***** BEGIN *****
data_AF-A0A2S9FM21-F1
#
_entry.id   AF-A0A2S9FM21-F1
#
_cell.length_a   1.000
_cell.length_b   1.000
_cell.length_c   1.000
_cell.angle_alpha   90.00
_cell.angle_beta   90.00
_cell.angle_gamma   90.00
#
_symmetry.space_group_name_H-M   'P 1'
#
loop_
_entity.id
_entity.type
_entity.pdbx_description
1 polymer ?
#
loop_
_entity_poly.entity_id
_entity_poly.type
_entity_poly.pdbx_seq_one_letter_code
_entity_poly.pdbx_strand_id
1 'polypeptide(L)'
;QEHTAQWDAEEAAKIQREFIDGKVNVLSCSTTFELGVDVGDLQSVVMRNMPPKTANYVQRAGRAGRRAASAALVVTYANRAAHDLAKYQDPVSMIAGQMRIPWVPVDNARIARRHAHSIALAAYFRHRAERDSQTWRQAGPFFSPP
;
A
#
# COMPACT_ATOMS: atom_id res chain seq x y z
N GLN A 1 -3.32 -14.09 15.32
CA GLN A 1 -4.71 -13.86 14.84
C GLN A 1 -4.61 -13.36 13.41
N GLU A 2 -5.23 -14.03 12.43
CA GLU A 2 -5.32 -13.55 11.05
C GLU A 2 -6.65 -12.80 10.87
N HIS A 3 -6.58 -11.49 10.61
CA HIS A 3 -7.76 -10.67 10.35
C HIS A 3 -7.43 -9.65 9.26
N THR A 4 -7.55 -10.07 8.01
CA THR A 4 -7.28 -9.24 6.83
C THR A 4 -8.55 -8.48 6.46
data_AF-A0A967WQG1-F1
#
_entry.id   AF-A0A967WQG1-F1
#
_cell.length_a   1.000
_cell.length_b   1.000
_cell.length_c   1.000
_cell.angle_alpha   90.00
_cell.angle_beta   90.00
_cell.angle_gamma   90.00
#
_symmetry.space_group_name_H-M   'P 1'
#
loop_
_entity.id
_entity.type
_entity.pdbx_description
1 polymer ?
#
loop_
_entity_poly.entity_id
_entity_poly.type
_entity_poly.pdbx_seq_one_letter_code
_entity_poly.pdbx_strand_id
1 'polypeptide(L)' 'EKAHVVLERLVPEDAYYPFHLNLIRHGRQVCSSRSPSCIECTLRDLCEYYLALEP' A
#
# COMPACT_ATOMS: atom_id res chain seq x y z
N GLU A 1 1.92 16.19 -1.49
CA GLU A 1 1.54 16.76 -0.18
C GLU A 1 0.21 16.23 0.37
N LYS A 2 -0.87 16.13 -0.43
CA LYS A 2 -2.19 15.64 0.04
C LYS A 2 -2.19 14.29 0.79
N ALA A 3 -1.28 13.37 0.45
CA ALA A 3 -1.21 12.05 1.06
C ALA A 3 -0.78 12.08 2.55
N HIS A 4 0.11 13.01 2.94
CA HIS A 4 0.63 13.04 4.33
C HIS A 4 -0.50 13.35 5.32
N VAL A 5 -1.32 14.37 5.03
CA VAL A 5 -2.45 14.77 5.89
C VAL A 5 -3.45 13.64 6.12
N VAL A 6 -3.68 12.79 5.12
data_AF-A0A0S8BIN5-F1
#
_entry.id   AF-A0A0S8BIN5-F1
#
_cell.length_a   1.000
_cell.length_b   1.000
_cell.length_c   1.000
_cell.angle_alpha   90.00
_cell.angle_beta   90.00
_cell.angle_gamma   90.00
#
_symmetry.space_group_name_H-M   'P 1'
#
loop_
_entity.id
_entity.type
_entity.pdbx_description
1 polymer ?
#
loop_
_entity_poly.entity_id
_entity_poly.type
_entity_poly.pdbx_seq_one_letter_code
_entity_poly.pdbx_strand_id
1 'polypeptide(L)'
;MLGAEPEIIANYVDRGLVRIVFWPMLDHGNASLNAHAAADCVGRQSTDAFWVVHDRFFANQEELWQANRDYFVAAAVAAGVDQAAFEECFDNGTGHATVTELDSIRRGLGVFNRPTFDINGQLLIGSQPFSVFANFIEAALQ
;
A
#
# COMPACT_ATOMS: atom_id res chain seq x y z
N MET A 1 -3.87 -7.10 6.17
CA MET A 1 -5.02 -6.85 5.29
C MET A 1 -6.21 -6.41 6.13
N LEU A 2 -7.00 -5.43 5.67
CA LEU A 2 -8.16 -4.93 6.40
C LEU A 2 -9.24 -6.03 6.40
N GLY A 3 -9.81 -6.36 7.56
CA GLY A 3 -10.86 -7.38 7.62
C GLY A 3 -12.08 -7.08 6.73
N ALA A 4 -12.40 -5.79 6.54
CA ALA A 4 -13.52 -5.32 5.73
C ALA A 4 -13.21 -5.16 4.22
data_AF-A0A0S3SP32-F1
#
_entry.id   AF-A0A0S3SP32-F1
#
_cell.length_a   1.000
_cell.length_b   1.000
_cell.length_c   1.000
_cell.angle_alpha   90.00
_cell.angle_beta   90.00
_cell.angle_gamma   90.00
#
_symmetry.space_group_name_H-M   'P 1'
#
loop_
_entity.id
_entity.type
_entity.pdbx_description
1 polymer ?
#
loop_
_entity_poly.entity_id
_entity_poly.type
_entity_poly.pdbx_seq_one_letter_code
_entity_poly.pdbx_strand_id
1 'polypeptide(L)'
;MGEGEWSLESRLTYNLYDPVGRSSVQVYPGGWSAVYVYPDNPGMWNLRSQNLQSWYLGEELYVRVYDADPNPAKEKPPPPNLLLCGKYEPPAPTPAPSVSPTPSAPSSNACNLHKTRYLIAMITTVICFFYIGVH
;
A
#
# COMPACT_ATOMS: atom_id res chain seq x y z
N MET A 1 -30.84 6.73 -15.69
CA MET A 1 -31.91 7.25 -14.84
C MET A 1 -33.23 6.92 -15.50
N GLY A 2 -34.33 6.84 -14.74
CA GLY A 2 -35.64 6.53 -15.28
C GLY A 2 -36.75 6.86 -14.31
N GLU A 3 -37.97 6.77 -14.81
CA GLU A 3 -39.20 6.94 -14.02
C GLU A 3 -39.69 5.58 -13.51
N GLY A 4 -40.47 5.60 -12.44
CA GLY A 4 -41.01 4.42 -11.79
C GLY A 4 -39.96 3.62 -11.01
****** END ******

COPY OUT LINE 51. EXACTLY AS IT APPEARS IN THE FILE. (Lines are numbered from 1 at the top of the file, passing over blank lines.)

_cell.angle_beta   90.00